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Down-home and just plain cozy

The “appealingly unprofessional” side of the Olympics


 

As big as the Olympics are, they’re still pretty small-time, when you get right down to it. I imagine that’s true of most things. Probably once you get inside the White House or Buckingham Palace it’s no big whoop. Still, it’s an unexpected delight to find how informal the Games can be.

At the Whistler Creekside ski hill for the ladies slalom today, the crowds in attendance are fair-sized, but hardly overwhelming: about 5000. I had expected much Swiss-timing solemnity, but instead there’s a festive air to the whole thing, notwithstanding this is the biggest day of the competitors’ lives.

There’s music playing somewhere, and a pair of announcers talking each of the skiers down, finding something positive and encouraging to say about each (more than 80 in all) of them, in both official languages. The concession stands are busy, face-painted fans are walking around beers in hand, and the cowbells—yes, the cowbells are constant.

This, though the conditions are miserable: fog and rain, turning to snow. You can’t see the top half of the run from the bottom at the best of times because of the hill’s layout, but you can barely make out the skiers even 100 yards up. In consequence, most of the press and spectators are watching the whole thing on a massive screen mounted above the timing stand. Seems a long way to go to watch TV.

The course is kept skiable by an army of support crew, who close in after each skier does her run to sweep and scrape the snow back over the spots that have become rough. Some carry shovels, some—the “slippers”—use their skis. They keep at it until seconds before the next skier comes down, somehow always sensing how much time they have.

Maria Riesch of Germany skis the first run nearly half a second faster than anyone else. She’s the story of the women’s alpine skiing competition already, with four top 10 finishes including a gold in the Super Combined. Apparently that came as a surprise, but it’s evident even to these untutored eyes how much smoother she’s skiing than most of the others. There’s no movement in her upper body, and her turns are fluid and unhurried.

The conditions grow worse as the day wears on. On the second run, Marlies Schild of Austria puts down the fastest time, but Riesch is so far ahead of her from her first that she has only to stay close to take the gold. Her victory is bittersweet, however: her kid sister Susanne, in fourth after the first run, skids out on the second (as do at least a dozen others). There’s a tender shot on the big screen of Maria holding her close, for a long time.

At the press conference afterward, the questions are small-town fawning. “How great does it feel to win a second gold?” A middle-aged German journalist peppers each of the skiers with his adoration: “Maria, you’re a fighter, you have so much guts…” “Marlies, you’ve been such a force on the world cup tour…” They blush and giggle out their answers, in halting English. It’s all quite appealingly unprofessional.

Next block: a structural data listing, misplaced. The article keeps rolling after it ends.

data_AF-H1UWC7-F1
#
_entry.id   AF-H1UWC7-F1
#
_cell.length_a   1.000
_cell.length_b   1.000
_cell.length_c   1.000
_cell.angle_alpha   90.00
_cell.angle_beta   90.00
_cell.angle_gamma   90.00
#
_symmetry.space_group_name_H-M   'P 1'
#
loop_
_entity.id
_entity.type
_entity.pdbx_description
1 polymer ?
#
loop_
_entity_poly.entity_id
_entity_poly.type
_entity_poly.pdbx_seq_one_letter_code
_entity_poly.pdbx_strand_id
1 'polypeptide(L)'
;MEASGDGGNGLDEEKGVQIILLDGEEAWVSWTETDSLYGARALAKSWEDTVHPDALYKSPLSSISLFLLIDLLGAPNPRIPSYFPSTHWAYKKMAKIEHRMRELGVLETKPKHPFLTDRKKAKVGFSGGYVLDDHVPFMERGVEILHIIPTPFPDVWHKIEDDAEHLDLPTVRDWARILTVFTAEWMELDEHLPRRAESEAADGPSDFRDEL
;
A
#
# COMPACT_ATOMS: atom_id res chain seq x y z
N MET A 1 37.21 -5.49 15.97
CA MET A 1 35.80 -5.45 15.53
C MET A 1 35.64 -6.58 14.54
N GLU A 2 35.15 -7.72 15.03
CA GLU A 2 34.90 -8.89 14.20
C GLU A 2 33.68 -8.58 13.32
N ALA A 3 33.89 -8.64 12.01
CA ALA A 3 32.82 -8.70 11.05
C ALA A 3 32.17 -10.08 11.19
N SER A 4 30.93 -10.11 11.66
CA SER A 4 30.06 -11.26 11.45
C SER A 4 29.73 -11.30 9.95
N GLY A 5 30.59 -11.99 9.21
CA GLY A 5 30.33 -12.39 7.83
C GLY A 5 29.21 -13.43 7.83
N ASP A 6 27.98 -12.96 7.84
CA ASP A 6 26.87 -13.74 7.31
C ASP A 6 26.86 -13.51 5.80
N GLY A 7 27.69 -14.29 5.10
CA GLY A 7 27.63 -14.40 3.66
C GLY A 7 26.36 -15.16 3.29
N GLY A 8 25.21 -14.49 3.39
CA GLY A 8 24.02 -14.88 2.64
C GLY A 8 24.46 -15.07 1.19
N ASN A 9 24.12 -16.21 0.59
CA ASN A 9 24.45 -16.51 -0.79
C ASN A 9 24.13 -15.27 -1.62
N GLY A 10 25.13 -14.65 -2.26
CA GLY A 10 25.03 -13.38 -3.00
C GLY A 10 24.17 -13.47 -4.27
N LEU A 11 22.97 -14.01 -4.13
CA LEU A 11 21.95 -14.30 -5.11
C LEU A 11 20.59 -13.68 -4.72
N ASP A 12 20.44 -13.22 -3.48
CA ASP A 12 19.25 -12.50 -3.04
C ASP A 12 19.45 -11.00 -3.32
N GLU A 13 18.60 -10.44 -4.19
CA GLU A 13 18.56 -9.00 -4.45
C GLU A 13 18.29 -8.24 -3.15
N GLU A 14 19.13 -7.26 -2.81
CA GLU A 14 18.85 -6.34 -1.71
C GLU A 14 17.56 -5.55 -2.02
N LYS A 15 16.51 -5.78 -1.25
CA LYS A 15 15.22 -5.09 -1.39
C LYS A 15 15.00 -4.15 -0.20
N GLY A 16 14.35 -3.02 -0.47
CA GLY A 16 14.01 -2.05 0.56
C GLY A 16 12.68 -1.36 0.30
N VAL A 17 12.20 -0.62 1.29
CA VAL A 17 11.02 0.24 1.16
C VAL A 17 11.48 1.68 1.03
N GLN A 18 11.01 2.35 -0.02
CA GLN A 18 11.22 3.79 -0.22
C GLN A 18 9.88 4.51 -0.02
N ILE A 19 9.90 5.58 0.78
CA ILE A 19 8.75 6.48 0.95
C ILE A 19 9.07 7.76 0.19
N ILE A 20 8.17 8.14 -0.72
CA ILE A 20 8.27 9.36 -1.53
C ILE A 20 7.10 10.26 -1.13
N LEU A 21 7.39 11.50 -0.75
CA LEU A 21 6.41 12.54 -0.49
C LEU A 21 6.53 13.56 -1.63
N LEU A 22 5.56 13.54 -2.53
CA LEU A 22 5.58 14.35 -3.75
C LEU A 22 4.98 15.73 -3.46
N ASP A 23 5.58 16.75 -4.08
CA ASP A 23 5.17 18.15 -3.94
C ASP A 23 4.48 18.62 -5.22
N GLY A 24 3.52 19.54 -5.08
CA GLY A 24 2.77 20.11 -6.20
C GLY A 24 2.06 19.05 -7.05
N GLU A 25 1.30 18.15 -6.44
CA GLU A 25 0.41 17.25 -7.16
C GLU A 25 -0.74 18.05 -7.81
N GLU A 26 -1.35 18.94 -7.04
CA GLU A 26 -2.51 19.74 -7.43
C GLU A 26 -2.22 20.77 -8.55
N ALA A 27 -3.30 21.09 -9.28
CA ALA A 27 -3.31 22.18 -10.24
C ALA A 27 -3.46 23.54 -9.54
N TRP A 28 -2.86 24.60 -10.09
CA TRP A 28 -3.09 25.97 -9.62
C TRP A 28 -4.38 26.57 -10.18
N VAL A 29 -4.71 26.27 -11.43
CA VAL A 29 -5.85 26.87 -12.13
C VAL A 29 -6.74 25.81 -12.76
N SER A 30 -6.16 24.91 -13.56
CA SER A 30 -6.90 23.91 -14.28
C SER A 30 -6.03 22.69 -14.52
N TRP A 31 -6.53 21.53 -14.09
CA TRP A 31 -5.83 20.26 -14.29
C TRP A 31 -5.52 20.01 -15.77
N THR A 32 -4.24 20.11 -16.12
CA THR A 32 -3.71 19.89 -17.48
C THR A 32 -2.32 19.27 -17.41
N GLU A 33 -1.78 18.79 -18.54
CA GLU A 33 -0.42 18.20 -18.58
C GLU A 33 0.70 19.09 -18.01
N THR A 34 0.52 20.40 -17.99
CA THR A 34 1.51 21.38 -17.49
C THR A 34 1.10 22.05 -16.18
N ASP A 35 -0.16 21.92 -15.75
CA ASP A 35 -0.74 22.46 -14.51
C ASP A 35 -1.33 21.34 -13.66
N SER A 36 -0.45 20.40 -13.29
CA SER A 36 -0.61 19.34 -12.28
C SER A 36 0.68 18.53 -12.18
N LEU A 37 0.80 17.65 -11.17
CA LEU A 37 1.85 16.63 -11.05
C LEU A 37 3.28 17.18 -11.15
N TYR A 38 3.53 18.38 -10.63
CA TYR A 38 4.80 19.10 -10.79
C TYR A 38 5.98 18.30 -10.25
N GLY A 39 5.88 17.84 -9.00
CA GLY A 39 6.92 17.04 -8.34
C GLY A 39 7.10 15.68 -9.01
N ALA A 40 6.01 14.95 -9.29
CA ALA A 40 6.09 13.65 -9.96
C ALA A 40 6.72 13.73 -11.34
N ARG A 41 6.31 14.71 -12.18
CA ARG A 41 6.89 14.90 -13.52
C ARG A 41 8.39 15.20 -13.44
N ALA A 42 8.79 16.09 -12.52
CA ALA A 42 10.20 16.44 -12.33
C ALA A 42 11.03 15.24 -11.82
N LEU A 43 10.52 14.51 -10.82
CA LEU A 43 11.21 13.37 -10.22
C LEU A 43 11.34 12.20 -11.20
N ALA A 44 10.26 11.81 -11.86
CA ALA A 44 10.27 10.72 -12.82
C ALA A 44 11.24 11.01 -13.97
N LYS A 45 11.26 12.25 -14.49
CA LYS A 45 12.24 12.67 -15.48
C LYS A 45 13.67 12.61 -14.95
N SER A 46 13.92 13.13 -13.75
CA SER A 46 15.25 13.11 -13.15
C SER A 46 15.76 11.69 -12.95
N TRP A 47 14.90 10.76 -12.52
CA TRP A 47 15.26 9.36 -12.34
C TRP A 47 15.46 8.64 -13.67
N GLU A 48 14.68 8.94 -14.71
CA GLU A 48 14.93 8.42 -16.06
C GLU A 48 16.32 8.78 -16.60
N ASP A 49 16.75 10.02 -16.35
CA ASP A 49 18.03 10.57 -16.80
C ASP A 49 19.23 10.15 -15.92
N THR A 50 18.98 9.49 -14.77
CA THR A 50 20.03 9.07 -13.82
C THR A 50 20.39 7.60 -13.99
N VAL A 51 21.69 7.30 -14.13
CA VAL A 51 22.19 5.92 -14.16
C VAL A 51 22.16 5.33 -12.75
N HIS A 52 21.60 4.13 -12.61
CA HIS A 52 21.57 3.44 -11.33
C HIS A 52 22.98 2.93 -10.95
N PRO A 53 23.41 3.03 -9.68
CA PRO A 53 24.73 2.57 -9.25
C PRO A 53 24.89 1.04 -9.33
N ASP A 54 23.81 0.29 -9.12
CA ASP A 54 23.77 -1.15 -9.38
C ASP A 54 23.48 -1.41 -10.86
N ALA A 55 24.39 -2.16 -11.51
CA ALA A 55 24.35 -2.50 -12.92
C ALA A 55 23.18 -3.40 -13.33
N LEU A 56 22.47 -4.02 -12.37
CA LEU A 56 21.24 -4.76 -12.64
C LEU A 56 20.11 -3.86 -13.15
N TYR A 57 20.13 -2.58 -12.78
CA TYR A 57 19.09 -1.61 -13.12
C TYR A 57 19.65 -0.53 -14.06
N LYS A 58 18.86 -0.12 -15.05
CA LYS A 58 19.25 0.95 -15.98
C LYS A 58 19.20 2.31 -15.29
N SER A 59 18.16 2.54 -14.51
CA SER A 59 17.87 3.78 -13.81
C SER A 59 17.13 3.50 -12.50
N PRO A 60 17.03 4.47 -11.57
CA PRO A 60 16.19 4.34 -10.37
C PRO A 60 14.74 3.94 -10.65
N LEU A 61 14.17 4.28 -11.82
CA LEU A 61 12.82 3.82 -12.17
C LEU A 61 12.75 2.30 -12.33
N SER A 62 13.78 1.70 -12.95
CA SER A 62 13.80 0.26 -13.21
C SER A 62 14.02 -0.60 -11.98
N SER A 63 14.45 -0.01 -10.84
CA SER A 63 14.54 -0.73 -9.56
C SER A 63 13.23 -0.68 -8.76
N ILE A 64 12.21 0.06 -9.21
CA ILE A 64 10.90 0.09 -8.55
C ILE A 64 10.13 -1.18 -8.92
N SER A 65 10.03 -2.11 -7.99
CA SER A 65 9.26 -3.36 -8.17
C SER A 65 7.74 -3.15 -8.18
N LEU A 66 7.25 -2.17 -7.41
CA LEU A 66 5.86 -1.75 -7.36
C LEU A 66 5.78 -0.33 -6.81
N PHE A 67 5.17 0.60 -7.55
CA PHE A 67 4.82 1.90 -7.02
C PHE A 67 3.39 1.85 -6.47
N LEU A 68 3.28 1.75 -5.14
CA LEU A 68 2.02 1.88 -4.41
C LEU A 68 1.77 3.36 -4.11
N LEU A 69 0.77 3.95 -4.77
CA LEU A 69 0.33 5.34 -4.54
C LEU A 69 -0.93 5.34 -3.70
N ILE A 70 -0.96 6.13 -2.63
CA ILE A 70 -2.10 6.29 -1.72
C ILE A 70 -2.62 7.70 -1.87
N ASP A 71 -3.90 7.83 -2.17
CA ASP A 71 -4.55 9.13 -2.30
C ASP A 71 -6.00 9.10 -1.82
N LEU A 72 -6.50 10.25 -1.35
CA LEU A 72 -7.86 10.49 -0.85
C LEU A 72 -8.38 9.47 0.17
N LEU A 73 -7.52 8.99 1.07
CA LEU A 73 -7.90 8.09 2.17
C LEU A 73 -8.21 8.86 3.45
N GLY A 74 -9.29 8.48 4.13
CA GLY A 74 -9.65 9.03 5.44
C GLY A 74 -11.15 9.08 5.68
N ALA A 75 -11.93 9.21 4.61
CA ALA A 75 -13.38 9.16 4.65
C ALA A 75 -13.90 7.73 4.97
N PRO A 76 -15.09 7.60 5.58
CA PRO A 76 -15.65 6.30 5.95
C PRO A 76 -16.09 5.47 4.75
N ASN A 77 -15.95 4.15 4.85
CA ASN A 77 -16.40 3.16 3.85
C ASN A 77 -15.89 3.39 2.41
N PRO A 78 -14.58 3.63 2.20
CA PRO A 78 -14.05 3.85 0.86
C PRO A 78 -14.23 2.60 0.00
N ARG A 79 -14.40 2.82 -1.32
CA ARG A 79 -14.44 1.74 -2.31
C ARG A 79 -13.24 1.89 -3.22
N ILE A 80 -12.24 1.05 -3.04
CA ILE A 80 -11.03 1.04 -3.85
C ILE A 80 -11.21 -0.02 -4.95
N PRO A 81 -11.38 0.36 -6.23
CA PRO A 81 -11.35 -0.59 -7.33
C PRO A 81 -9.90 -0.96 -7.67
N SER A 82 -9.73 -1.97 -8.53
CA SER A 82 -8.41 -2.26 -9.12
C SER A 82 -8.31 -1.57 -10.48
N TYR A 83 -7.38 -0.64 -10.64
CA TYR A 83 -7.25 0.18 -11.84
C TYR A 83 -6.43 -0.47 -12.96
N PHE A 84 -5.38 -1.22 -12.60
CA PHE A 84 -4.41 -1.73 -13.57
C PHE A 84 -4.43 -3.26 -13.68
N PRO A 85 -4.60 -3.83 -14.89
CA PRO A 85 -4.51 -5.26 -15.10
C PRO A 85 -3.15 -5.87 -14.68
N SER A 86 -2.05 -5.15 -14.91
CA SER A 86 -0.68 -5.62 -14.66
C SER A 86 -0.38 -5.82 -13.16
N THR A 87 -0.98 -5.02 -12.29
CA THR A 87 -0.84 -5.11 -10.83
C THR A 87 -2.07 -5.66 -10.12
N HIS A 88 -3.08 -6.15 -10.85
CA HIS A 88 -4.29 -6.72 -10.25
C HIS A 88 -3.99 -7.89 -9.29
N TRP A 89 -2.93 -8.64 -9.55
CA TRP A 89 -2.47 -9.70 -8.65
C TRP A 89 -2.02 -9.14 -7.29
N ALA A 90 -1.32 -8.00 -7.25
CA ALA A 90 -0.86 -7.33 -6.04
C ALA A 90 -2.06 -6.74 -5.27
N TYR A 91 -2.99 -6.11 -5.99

Oh, and the Canadians? Brigitte Action leads the way, in 17th. Anna Goodman is 19th, and Erin Mielzynksi 20th. Not our event, yet, but the oldest of them is 24. There’s time.


 
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Down-home and just plain cozy

  1. Yes, when it comes down to it Andrew, the athletes are all only human like the rest of us, mother nature is as unpredictable as any other time, and without the huge budget and media glitz, this is like any other tournament where friends and family are supporting their loved ones.

  2. Yes Janice but your writing style leaves a lot to be desired.

    • Thanks for the constructive feedback Kev. You forgot the comma after "yes".

  3. Janice, I believe that little dig was for Coyne, as in your comment is fine, but ‘down-home, smalltime’ right? Like Coyne, Kev noted a fault that it only makes trivial sense to point out. I find that alot of blog comments attending journalism mirror the original content in this way, and when I wrote Macleans for Dummies I explored that dynamic with the question in mind: is this the mirror that multiplies hate speech and abuse? I found that it was.

  4. Interesting premise Karen (I think). I tried googling Macleans for Dummies but couldn't pull it up.

  5. Congratulations those involved in Canada's "Own The Podium" program for the program's astonishing and triumphant success.

    "Own the Podium" has been one of the most successful initiatives in Canadian history. Canada may not have "owned" the entire podium, but it certainly owned the top of it – the part that counts.

    Before these games, Canada never had won a gold medal on Canadian soil. Now we're in first place on the medals tables of the IOC and most of the world, having "owned" the top of the podium with a record-smashing gold medal haul.

    • Why is it the journalists and the MSM are never really happy about anything. I am very proud of our athletics and what they have accomplished. Only now is the MSM getting on board – way to late BTW. And it seems that Andrew has a stick stuck up you know where. Be happy, people are having a good time, the games are going great and it is a welcome relief from all the nastiness of the politics (which will be back next week – yuk!).

  6. Wow, yes, we sort of own the podium now.

    What a relief that the true, noble and original purpose of Olympic competition hasn't been forgotten after all.

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